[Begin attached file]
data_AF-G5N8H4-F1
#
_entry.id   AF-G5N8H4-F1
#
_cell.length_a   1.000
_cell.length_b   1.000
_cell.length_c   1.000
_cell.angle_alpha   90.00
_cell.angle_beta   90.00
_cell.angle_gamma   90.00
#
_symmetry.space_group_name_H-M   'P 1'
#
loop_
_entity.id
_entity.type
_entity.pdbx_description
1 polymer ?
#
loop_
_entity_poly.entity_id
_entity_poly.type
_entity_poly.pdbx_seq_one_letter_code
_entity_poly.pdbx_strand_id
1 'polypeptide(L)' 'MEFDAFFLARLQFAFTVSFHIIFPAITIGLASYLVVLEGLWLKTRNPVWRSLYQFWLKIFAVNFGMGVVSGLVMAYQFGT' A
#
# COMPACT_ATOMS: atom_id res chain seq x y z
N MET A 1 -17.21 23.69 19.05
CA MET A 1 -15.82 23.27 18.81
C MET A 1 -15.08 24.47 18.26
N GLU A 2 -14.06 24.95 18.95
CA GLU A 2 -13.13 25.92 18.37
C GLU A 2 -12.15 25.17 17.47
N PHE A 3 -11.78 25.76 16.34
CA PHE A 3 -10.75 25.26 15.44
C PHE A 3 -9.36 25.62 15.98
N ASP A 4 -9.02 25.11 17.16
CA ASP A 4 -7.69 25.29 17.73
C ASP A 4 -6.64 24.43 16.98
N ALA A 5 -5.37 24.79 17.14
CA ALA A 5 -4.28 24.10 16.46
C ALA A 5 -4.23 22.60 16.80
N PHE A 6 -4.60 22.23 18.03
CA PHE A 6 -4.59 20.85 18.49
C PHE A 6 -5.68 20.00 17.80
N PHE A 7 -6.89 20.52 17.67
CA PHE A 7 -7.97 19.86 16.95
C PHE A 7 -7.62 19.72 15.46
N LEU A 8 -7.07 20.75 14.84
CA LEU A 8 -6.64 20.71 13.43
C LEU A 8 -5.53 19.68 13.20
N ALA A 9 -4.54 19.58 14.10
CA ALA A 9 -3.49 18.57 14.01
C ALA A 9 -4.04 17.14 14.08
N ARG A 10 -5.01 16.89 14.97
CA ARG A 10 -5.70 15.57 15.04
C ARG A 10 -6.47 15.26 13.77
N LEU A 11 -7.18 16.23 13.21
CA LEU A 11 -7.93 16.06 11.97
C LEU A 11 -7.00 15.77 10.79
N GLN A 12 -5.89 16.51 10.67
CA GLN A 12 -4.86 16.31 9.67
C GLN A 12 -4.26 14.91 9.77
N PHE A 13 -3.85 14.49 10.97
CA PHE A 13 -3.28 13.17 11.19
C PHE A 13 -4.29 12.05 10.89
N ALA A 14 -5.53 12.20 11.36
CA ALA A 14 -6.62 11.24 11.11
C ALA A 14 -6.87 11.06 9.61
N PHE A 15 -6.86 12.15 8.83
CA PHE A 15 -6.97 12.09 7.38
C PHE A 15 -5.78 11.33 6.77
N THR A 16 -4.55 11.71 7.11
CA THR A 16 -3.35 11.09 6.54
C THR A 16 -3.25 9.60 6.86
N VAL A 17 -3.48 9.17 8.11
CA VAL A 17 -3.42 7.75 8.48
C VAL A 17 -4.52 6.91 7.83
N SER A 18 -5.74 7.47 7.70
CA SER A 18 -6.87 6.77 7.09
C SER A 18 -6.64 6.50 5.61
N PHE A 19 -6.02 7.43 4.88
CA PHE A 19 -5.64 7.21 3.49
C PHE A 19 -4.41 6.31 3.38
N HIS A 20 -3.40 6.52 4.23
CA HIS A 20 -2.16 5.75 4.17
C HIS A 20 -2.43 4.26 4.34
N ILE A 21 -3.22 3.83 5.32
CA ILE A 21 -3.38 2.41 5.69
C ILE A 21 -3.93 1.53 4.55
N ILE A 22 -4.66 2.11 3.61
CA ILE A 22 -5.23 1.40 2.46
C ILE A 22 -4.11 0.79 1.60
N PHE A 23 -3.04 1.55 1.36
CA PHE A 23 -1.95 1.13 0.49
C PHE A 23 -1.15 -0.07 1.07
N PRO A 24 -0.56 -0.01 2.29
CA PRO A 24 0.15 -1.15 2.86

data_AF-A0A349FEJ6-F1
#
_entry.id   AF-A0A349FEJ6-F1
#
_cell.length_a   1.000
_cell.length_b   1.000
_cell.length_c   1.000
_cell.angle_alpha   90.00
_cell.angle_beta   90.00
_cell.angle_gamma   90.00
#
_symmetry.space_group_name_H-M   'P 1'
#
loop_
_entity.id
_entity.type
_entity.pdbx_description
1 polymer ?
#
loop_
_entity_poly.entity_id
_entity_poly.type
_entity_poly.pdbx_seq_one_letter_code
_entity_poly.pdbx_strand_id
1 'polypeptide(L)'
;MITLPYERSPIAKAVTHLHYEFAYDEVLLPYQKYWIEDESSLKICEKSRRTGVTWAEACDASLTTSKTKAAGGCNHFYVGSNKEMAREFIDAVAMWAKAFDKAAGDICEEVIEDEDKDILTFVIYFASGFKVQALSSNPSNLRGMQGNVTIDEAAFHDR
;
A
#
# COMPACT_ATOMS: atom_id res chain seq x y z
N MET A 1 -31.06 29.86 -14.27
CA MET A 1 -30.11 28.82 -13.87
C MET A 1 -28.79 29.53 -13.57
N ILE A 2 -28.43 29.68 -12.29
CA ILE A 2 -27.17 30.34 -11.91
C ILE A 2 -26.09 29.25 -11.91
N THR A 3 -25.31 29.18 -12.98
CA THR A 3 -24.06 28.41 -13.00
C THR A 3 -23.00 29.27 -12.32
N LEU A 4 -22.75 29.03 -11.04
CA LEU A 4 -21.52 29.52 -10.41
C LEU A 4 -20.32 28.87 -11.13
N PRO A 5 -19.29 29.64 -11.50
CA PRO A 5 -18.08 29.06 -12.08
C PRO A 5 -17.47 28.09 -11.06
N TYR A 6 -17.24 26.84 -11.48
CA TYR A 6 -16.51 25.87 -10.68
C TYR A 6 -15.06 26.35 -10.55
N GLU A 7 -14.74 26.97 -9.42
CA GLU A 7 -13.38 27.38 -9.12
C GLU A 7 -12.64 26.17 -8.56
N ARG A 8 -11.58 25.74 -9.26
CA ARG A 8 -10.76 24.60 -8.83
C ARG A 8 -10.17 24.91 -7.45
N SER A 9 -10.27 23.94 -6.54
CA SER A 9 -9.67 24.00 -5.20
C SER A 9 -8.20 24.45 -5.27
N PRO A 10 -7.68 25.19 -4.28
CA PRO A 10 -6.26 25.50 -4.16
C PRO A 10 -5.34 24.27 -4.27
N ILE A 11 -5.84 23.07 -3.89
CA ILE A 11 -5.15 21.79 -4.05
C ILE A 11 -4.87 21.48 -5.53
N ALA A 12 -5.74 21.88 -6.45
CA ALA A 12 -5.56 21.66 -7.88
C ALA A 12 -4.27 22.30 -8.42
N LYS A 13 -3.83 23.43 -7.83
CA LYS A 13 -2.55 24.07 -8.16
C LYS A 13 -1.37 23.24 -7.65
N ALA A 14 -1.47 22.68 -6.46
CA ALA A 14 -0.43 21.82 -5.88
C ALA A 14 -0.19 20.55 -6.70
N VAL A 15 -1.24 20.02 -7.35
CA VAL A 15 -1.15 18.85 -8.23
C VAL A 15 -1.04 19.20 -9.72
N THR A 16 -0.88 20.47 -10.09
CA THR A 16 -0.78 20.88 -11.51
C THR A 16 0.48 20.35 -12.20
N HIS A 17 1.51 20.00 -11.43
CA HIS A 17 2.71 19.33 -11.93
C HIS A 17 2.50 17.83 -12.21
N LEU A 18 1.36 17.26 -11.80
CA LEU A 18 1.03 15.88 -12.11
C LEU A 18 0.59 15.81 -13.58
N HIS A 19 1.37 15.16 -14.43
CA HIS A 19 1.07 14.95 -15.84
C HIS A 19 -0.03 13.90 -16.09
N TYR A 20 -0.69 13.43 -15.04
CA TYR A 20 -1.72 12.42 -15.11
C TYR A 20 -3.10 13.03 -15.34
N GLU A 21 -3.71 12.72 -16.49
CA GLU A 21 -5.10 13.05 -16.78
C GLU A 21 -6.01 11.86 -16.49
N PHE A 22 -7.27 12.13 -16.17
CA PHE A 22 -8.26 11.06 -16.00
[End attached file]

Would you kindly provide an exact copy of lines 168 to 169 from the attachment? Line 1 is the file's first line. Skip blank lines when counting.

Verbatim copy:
N ALA A 14 -1.47 22.68 -6.46
CA ALA A 14 -0.43 21.82 -5.88